Wednesday, March 6, 2013

Credit card myths busted

When it comes to credit cards, there are a lot of nasty myths and misconceptions passed around. These can often scare off first-time applicants for standard and balance transfer credit cards, but most are untrue and are not worth paying attention to.

To clear things up, let’s bust some credit card myths.

Myth #1: There is a credit blacklist

Some people believe that if you are refused for credit, you have debt or you have County Court Judgements (CCJs), then your name will be included on a credit blacklist and that no lender will go anywhere near you.

This myth is completely unfounded – there is no such thing as a universal credit blacklist. It is true that your credit history plays a part in whether you’ll be approved when you apply for a credit card, but not all lenders are looking for the same things. Besides, anything that has gone wrong in your credit history can be remedied and you can improve your credit rating with a few simple measures.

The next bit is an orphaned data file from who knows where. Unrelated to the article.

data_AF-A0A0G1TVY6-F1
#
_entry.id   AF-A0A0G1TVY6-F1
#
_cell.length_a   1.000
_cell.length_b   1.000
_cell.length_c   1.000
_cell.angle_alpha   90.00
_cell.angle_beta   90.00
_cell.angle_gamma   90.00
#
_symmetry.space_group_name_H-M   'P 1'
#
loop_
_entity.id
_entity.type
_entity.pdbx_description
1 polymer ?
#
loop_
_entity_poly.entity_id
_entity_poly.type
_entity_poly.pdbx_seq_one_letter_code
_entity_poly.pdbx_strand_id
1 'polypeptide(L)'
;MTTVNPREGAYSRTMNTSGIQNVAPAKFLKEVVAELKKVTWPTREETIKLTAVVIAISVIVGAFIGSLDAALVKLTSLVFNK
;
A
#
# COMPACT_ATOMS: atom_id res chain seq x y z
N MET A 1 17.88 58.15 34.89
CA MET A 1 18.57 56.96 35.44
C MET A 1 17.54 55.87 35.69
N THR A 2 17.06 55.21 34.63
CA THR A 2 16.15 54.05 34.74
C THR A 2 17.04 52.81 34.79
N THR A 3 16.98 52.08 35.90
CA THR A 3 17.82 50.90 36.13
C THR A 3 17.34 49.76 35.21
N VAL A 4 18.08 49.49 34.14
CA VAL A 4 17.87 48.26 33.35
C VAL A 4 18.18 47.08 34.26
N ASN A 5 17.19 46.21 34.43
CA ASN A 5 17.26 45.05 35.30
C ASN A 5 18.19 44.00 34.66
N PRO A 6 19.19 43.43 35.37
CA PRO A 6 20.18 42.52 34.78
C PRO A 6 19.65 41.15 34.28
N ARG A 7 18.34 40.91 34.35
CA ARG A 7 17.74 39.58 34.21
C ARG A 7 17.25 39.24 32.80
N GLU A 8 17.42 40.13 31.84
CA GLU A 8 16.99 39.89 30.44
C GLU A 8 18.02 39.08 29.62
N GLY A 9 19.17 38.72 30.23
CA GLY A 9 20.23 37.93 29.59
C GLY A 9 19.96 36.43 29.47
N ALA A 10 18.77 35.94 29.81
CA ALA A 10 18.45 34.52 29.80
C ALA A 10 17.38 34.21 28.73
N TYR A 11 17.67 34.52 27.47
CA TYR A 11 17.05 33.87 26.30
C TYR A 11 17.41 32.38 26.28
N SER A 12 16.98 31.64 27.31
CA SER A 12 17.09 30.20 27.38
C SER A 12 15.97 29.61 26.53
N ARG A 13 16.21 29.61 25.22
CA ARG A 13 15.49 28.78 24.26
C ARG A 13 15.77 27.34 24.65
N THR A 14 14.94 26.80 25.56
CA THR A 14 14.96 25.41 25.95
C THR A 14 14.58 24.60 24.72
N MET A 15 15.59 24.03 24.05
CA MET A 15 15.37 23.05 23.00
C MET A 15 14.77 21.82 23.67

Myth #2: All lenders and credit agencies use the same credit scoring system

Similar to the myth about credit blacklisting, some people believe that all lenders and credit reference agencies (the companies that lenders use to carry out credit checks) use exactly the same credit scoring system. If this were true, you would not be able to get an application approved anywhere if you were turned away by one lender.

Luckily, this myth isn’t true. Credit reference agencies will use many of the same methods and tools to get information about you and your credit history, but in truth, each lender will have their own specific wish list for their ‘perfect customer’. This often relates to how much profit they can make from you rather than just the risk you represent.